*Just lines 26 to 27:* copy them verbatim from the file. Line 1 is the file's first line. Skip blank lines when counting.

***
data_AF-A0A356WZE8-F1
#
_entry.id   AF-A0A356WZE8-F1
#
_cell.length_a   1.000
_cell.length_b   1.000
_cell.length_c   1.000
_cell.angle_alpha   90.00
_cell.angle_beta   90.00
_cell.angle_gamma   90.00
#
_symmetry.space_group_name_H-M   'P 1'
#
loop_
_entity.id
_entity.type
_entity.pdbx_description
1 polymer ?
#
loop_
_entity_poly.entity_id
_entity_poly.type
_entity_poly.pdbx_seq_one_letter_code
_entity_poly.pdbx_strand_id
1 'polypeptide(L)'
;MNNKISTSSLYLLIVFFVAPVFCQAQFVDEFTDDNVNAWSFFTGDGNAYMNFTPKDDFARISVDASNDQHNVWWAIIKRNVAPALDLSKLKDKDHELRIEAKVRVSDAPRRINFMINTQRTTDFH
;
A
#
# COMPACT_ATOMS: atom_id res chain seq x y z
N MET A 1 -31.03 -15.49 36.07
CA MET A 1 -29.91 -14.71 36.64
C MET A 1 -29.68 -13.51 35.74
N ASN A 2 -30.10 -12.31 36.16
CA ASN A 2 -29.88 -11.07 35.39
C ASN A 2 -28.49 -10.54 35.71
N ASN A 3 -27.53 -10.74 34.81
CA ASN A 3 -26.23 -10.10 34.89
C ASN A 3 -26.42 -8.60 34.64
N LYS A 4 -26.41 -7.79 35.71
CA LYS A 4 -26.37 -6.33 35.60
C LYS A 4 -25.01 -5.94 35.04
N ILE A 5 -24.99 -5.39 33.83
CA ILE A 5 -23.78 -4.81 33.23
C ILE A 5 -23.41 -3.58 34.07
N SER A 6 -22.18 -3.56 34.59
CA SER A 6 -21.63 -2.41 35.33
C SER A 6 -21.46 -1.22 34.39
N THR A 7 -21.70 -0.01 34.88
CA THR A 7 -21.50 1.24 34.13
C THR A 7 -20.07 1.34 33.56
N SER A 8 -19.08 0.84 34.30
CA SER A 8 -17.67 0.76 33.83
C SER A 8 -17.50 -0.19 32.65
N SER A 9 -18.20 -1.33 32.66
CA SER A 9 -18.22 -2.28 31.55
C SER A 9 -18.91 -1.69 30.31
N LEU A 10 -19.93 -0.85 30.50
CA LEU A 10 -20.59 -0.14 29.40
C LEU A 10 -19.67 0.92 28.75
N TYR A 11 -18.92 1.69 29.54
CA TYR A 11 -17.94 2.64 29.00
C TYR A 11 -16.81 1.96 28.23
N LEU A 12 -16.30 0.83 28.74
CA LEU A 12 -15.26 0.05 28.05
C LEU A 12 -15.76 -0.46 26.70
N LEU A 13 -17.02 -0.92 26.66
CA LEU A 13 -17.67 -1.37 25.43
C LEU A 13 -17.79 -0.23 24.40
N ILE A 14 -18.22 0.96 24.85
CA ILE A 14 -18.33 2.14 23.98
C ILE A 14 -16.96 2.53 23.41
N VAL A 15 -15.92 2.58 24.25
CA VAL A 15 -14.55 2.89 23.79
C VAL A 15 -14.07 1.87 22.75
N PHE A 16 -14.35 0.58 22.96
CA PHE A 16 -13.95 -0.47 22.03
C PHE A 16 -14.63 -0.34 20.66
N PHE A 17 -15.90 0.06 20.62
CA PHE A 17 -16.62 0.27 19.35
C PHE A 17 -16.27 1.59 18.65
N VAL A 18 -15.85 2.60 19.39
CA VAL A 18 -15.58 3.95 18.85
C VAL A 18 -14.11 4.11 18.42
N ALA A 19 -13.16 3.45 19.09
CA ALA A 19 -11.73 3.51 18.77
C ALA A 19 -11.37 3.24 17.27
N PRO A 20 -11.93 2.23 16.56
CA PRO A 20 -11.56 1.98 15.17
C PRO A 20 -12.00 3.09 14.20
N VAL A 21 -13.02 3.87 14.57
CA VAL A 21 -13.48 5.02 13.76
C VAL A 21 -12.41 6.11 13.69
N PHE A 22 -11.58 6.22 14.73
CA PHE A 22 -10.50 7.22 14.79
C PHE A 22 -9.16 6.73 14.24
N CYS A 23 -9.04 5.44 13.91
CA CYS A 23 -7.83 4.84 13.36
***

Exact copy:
;MNNKISTSSLYLLIVFFVAPVFCQAQFVDEFTDDNVNAWSFFTGDGNAYMNFTPKDDFARISVDASNDQHNVWWAIIKRNVAPALDLSKLKDKDHELRIEAKVRVSDAPRRINFMINTQRTTDFH
;